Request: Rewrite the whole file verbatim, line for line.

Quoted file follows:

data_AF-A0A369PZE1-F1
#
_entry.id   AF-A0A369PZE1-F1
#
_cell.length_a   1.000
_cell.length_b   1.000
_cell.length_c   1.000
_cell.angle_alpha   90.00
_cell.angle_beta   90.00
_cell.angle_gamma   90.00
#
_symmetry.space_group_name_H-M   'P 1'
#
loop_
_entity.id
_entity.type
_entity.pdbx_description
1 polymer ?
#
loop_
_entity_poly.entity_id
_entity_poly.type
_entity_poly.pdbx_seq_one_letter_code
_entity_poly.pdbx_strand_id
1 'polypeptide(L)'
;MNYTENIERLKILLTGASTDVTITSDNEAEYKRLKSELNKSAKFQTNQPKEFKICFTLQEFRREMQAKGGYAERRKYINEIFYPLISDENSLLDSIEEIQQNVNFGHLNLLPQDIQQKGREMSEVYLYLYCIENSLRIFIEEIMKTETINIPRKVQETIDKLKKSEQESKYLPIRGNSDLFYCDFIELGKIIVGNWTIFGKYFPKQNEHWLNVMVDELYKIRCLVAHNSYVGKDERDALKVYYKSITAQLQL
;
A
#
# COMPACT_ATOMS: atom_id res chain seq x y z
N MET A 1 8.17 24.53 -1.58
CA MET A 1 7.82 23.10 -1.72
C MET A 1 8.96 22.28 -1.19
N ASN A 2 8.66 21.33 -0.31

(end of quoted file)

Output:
data_AF-A0A369PZE1-F1
#
_entry.id   AF-A0A369PZE1-F1
#
_cell.length_a   1.000
_cell.length_b   1.000
_cell.length_c   1.000
_cell.angle_alpha   90.00
_cell.angle_beta   90.00
_cell.angle_gamma   90.00
#
_symmetry.space_group_name_H-M   'P 1'
#
loop_
_entity.id
_entity.type
_entity.pdbx_description
1 polymer ?
#
loop_
_entity_poly.entity_id
_entity_poly.type
_entity_poly.pdbx_seq_one_letter_code
_entity_poly.pdbx_strand_id
1 'polypeptide(L)'
;MNYTENIERLKILLTGASTDVTITSDNEAEYKRLKSELNKSAKFQTNQPKEFKICFTLQEFRREMQAKGGYAERRKYINEIFYPLISDENSLLDSIEEIQQNVNFGHLNLLPQDIQQKGREMSEVYLYLYCIENSLRIFIEEIMKTETINIPRKVQETIDKLKKSEQESKYLPIRGNSDLFYCDFIELGKIIVGNWTIFGKYFPKQNEHWLNVMVDELYKIRCLVAHNSYVGKDERDALKVYYKSITAQLQL
;
A
#
# COMPACT_ATOMS: atom_id res chain seq x y z
N MET A 1 8.17 24.53 -1.58
CA MET A 1 7.82 23.10 -1.72
C MET A 1 8.96 22.28 -1.19
N ASN A 2 8.66 21.33 -0.31